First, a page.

Previously named scientifically as Zauschneria californica subsp. latifolia, this “hummingbird trumpet” and all of its relatives are now placed in the genus Epilobium, the willowherbs. As you can tell from the epithet of its old name, californica, this plant grows natively in California, as well as north to Oregon and east to New Mexico.
The brown-black fruits are capsules, which will split open to reveal a mass of silky-white hairs. The hairs are attached to diminutive seeds, and aid in wind dispersal.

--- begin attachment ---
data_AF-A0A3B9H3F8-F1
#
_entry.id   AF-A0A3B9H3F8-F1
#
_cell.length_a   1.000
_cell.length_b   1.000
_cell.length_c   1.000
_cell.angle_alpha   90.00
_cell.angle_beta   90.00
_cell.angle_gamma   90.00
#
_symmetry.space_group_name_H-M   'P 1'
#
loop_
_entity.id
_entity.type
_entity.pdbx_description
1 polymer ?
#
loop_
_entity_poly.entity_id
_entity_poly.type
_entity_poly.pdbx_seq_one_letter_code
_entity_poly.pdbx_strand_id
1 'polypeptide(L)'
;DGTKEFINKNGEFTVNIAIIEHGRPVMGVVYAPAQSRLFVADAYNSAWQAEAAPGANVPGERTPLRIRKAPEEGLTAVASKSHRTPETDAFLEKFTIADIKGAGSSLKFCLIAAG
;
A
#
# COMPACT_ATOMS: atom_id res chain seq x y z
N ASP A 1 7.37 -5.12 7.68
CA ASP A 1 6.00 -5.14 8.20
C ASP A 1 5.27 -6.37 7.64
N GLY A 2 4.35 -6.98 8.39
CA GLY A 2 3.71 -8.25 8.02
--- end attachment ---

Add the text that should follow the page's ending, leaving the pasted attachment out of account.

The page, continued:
Botany resource link: A few commenters have expressed a desire to learn more about botany. To get a broad overview of the discipline, a good place to start on the web is the Wikipedia entry on botany. In the physical world, I recommend checking used bookstores that sell technical books as an inexpensive way to find a botany textbook; it may not have the most up-to-date science, but (theoretically) it should be a more structured way to learn than what is generally delivered over the web (though Wayne Armstrong’s botany courses stands out as one exception). Also, don’t forget to check your public library!